By Ruma Paul
DHAKA (Reuters) -Firefighters worked for a second day on Sunday to extinguish a massive blaze that killed at least 49 people at a container depot in southeast Bangladesh, the latest incident highlighting the country's poor industrial safety track record.
The fire that also injured more than 200 broke out at the shipping container facility on Saturday night at Sitakunda, 40 km (25 miles) from the port city of Chittagong, triggering a huge blast and multiple container explosions, officials said.
Chemical-filled containers were still exploding on Sunday as firefighters attempted to douse the fire and officials said the army had joined the mission. Drone footage showed thick columns of smoke and rows of burnt-out containers.
Explosions had shaken the neighbourhood and shattered windows in nearby buildings, local residents said.
The death toll could rise as some of the injured are in a critical condition and rescue operations are still continuing, said Chittagong civil surgeon Mohammed Elias Hossain. The injured included firefighters and policemen, he said.
He said all doctors in the district had been called in to help tackle the situation, while social media was flooded with appeals for emergency blood donations.
Five firefighters had died and at least 50 others, including 10 policemen, were injured, he added.
Hundreds of distraught relatives rushed from one hospital to another in a frantic search for their loved ones, witnesses said.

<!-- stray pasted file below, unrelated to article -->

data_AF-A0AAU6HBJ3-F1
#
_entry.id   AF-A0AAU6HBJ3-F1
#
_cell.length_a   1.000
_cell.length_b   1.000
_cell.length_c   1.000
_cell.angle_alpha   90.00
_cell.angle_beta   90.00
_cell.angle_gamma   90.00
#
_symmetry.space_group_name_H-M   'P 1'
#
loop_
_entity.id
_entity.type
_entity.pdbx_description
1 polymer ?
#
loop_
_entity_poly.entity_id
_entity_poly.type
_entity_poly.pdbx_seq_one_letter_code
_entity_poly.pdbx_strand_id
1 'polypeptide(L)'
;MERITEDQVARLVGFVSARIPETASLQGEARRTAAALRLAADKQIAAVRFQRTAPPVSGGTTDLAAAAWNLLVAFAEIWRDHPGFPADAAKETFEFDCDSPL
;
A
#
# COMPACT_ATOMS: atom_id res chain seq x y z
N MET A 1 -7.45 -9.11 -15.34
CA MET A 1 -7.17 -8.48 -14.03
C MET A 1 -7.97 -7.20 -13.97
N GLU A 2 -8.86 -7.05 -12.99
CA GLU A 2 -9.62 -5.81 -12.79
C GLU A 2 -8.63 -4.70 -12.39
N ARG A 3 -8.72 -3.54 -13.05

“I lost my brother," Shakhawat Hossain, cousin of Afzal Hossain, 25, who died in the fire, said. "His father died 10 months ago. He was the youngest but he was the only one who took care of his mother ... she has been fainting again and again. Nothing can console her.”
It was not immediately clear what had caused the blaze. Fire service officials said they suspected it may have originated in a container of hydrogen peroxide and spread quickly to other containers.
Newton Das, a fire service official, said there were still explosions on Sunday afternoon of containers containing hydrogen peroxide and others containing sulphur. "It's really getting harder as toxic fumes engulfed the area," he said.
Bangladesh has prospered over recent decades to become the world's second-biggest exporter of garments, but the infrastructure and institutional focus for industrial safety is still nascent, the International Labour Organization said earlier this year.
Lax regulations and poor enforcement of rules have been blamed for several large fires that have led to hundreds of deaths in recent years.
In 2020, three people were killed after an oil tank exploded at a container depot in Chittagong's Patenga area, while in July last year, 54 died when an inferno ripped through a food processing factory outside the capital Dhaka.
At least 70 died in a fire that engulfed several buildings in a centuries-old neighbourhood of Dhaka in 2019.
(Reporting by Ruma Paul; Editing by David Holmes)